What exactly is fan-funding? It’s exactly what it sounds like: viewers donate money to your channel if they find your content enjoyable.
It’s the perfect option for videos managed by charities and nonprofits, but even for-profit businesses and independent creatives can publish videos and YouTube Live streams that encourage contributions from their audience. Streaming platforms such as Twitch.tv, which webcasts video games and general interest content, sees accounts that are two years or older make $80 in “tips” per year on average.
Twitch.tv’s most popular users make thousands.
Obviously YouTube and Twitch have different users, but YouTube has just as many loyal channel subscribers who would likely pay for exclusive rewards and content. On YouTube, sign up for Fan Funding to allow viewers of a live stream to tip through a chat window associated with the video.
You can also sign up for Patreon, which allows you to launch membership-only video channels through YouTube at a small fee per month for regular rewards. Just imagine how much a YouTube channel could generate if it has the 1,000 subscribers required by the YPP. Charge $1 for a new channel with new content, and you could be looking at a solid monthly revenue stream.
7. Channel Membership
If you’re eligible, channel memberships is a powerful opportunity to offer exclusive perks to fans who are willing to pay a low monthly fee to become a member of your brand’s YouTube channel.
Channel memberships provide members with perks like loyalty badges, custom emojis, and other goods unique to the channel — for instance, comedian Mike Falzone offers a digital copy of his book and an exclusive coupon code to use on merchandise:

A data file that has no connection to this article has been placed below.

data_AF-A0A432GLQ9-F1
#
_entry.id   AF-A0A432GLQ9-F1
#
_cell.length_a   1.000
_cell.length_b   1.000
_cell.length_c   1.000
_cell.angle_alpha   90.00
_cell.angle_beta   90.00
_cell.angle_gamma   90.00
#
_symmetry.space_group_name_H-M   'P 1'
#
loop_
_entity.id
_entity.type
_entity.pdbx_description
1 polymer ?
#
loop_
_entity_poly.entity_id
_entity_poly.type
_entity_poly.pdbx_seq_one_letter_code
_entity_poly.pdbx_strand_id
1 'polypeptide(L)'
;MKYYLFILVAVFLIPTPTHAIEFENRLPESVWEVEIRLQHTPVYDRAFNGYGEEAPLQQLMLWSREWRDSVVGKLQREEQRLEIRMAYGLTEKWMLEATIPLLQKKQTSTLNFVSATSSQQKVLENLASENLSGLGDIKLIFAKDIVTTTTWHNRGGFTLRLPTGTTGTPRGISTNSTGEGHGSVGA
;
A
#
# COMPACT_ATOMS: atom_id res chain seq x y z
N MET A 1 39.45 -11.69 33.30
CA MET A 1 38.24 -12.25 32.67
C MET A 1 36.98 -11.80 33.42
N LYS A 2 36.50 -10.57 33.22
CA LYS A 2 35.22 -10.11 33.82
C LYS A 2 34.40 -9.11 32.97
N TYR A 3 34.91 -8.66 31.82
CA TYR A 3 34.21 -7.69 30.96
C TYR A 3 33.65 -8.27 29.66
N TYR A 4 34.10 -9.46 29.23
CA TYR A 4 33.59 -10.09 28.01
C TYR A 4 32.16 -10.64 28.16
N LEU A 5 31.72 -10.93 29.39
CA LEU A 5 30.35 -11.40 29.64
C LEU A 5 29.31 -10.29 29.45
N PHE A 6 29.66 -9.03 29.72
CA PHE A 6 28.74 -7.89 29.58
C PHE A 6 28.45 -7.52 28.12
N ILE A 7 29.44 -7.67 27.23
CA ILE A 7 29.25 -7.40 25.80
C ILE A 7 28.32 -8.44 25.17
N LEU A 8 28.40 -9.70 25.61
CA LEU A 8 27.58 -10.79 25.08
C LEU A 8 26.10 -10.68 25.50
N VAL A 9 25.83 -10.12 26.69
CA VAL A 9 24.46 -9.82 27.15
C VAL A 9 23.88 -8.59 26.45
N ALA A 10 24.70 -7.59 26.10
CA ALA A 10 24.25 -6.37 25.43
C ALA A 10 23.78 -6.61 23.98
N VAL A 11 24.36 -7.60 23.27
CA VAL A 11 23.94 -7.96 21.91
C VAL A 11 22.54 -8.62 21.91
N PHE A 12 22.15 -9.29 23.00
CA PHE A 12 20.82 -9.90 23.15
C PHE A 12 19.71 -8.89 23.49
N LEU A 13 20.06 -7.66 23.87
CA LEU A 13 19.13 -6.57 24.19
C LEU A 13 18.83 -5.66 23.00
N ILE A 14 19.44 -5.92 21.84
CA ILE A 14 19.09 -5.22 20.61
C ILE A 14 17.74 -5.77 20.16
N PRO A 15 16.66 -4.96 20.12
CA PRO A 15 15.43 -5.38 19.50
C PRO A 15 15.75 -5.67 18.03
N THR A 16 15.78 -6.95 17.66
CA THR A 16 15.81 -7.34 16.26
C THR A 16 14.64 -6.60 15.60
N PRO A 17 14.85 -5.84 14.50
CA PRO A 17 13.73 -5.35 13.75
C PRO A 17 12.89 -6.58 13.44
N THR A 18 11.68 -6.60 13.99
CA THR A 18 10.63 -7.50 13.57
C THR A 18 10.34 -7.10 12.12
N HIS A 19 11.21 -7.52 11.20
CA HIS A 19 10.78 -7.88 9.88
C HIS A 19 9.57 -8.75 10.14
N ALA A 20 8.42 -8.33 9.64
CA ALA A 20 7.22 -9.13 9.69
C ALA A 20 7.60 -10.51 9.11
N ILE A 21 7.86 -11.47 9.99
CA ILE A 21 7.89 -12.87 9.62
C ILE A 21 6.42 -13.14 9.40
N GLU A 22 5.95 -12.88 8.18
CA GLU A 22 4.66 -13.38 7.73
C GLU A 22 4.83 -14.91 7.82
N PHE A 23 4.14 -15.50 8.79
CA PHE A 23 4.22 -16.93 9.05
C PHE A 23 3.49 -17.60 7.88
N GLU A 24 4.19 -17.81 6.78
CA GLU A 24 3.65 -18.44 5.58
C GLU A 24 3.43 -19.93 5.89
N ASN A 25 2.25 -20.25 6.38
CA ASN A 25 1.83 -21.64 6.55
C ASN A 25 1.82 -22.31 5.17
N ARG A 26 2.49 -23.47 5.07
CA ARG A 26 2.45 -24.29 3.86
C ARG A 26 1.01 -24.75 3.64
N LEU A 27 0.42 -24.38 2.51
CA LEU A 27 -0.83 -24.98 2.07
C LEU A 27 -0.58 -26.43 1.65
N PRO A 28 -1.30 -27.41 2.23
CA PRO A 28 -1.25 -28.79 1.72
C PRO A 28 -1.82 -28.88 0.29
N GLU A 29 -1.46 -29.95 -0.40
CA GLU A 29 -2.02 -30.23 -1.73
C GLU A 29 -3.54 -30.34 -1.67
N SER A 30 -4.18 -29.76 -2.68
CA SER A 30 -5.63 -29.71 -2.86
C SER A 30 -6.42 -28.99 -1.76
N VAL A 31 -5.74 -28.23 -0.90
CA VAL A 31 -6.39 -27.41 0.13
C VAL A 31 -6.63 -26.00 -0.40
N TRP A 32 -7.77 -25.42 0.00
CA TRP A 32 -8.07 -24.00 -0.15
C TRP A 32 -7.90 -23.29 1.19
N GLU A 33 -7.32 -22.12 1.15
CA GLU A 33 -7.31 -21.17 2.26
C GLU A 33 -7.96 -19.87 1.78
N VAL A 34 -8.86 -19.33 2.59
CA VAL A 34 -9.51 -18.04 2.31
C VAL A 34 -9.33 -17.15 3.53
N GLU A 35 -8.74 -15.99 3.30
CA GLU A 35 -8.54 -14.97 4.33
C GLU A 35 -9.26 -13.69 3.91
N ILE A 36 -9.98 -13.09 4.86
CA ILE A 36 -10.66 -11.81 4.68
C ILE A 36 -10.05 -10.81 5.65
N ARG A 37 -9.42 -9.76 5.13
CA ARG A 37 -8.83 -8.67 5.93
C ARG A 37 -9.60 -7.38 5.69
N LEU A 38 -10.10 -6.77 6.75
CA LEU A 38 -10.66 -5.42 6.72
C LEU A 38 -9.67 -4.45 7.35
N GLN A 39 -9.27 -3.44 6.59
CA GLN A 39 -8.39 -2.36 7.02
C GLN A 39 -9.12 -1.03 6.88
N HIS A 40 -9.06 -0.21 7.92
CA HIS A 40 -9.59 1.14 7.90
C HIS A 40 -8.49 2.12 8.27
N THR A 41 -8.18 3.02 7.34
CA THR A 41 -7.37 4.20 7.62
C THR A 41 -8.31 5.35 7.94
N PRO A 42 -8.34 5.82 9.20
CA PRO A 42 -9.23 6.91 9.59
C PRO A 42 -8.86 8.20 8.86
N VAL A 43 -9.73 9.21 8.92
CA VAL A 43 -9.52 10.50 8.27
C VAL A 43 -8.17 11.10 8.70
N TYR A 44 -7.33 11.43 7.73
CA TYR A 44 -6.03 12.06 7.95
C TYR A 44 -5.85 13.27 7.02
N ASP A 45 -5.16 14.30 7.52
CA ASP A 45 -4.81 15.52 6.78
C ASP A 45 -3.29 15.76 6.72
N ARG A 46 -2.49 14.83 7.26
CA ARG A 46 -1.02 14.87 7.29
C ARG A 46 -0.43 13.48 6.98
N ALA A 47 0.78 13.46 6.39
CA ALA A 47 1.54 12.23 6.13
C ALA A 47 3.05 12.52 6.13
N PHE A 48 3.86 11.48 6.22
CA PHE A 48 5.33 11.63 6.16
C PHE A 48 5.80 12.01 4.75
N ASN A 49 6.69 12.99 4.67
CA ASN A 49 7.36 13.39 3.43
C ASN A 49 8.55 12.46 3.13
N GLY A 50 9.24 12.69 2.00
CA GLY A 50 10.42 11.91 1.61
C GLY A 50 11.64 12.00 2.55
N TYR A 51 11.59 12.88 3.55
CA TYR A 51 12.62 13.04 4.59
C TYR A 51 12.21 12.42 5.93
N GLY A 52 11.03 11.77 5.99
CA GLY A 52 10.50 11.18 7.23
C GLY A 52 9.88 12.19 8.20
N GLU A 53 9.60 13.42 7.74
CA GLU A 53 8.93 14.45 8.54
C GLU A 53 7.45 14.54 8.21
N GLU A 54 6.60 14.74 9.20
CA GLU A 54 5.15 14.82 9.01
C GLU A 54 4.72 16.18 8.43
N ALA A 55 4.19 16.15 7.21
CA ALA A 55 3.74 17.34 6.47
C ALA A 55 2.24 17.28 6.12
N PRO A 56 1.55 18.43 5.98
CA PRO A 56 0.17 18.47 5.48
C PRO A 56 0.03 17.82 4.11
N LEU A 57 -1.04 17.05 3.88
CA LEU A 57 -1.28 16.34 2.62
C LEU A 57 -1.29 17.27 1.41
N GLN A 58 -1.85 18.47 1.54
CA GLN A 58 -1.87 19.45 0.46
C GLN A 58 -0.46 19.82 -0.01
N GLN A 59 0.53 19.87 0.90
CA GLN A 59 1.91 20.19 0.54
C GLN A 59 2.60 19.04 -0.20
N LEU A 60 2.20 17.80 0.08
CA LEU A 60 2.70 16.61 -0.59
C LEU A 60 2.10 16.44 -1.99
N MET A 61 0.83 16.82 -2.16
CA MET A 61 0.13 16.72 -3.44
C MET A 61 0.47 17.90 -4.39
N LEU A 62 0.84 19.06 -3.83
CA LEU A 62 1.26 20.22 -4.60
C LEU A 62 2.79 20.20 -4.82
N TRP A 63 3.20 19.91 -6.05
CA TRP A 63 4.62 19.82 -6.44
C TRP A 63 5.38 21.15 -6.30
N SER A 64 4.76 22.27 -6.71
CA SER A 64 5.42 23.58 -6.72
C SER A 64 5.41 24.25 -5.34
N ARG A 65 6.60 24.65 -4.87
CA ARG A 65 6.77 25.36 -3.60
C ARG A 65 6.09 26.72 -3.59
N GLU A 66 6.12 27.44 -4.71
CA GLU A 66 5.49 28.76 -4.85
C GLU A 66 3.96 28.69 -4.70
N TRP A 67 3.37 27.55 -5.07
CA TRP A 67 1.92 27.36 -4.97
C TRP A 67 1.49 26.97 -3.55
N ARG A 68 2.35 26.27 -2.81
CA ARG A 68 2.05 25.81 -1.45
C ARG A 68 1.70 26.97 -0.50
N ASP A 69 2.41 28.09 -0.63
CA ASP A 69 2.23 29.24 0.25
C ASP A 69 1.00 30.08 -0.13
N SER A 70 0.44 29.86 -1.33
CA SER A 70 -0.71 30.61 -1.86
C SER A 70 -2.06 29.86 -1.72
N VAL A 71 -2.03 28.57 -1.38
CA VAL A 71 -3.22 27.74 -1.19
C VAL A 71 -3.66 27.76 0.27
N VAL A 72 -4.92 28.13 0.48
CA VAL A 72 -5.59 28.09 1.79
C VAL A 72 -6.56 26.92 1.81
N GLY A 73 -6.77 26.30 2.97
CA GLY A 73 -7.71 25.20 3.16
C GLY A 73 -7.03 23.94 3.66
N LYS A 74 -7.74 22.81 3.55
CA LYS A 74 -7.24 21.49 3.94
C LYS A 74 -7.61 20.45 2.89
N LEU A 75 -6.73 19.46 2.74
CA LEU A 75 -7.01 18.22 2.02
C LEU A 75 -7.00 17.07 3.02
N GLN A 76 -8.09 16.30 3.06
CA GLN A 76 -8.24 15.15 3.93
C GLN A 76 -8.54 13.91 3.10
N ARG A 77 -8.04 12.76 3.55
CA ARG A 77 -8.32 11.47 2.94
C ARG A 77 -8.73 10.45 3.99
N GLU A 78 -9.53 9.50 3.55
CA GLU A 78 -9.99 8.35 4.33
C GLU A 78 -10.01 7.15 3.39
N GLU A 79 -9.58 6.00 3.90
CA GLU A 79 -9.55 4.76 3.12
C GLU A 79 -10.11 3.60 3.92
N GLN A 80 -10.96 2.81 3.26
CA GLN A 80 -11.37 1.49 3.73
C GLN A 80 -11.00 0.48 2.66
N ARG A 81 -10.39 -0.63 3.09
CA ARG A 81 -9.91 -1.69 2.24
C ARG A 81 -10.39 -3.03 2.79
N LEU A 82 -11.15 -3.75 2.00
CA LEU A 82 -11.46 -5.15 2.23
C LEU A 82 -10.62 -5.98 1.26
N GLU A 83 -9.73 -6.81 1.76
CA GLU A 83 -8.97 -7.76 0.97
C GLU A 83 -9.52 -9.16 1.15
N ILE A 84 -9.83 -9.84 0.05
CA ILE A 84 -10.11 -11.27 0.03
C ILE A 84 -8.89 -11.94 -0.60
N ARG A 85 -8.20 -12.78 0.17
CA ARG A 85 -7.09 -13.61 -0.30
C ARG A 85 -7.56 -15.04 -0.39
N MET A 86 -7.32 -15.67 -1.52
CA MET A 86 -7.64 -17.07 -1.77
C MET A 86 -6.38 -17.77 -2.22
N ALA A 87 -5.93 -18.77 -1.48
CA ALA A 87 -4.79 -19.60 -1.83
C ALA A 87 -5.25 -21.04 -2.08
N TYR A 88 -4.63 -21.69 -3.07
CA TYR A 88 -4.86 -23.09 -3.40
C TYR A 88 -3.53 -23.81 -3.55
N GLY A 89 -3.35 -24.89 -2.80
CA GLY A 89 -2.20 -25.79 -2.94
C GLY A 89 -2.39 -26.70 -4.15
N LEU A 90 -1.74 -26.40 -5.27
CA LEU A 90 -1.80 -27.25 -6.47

Take a look at YouTube’s Channel memberships eligibility, policies, & guidelines to see if this is a good fit for your brand. Ultimately, community membership could be a powerful opportunity for you to build a larger following on YouTube and make loyal fans feel valued by releasing exclusive, membership-only content.
8. Merchandise Shelf
Similar to the power of a good gift shop at the end of a museum tour, the Merchandise Shelf is a good option for influencers and brands alike to sell products or services to spread brand awareness and increase sales.
This is an especially good option for influencers. For instance, consider Ryan Higa, a Japanese American Youtube creator and personality, who has over 21 million subscribers on his YouTube channel. To earn money, Higa now has a full merchandise website he links to directly from his YouTube account. Devoted Higa fans will love purchasing a branded t-shirt or sweatshirt, and it earns Higa some hard-earned money on his already successful channel.
Take a look at YouTube’s merchandise page to learn more.